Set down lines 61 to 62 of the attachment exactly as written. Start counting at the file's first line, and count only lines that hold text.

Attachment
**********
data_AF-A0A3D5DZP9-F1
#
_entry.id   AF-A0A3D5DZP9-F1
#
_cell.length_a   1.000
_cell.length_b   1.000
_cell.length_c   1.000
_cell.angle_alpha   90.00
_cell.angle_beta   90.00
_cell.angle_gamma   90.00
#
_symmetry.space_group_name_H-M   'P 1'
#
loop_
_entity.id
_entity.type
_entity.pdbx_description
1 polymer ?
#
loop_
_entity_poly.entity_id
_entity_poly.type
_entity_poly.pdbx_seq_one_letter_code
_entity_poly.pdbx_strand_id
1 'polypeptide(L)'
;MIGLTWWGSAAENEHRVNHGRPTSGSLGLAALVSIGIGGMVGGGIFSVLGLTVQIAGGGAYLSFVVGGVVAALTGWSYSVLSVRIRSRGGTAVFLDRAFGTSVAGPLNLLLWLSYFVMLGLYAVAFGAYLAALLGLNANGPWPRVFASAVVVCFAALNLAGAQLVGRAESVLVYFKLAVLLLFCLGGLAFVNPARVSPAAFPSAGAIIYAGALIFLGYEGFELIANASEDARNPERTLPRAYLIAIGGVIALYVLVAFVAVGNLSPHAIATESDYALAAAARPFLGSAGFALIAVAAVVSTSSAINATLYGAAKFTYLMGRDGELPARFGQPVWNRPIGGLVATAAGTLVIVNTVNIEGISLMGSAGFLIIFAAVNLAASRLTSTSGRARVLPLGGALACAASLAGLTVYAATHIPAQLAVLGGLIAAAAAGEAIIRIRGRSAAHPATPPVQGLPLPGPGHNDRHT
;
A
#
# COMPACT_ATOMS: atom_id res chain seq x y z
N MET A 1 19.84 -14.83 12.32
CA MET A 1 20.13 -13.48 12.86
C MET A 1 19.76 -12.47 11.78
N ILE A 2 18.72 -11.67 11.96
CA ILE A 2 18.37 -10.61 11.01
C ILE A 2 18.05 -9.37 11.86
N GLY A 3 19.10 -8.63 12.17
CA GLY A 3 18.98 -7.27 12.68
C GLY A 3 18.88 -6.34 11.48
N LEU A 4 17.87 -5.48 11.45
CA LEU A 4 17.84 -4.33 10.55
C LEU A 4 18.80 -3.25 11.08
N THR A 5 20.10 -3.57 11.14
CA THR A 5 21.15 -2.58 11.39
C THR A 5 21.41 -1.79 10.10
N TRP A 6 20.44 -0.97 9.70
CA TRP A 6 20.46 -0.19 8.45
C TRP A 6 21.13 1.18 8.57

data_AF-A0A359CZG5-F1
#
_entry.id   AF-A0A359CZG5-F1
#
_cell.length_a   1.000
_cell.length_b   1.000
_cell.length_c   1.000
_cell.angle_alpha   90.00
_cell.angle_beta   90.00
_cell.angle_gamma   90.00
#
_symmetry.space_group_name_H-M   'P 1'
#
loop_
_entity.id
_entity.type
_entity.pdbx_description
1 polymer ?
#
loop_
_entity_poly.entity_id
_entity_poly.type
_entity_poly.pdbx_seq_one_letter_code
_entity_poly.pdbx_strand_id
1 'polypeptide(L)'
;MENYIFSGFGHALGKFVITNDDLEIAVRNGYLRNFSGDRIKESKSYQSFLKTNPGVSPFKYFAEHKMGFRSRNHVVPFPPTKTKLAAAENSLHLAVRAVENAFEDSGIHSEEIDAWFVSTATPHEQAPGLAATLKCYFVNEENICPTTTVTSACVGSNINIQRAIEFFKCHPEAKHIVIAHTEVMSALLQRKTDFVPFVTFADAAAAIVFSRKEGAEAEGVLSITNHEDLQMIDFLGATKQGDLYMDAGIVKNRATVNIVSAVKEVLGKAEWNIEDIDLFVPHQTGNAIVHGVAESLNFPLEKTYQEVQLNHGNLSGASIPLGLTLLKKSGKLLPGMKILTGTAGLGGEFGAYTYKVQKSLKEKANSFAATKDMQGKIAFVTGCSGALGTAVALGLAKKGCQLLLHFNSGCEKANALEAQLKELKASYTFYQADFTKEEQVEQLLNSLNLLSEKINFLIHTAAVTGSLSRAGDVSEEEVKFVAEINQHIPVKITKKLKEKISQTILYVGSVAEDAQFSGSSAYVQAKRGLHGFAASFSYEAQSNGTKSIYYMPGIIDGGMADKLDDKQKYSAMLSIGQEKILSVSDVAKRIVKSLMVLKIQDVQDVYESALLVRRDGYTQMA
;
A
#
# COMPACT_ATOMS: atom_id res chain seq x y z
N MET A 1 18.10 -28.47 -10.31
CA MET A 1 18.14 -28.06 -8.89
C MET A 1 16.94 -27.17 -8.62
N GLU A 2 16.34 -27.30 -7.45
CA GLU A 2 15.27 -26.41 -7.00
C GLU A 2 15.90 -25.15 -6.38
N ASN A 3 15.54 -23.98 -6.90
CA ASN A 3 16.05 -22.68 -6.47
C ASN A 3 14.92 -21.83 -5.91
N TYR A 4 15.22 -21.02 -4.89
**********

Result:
#
loop_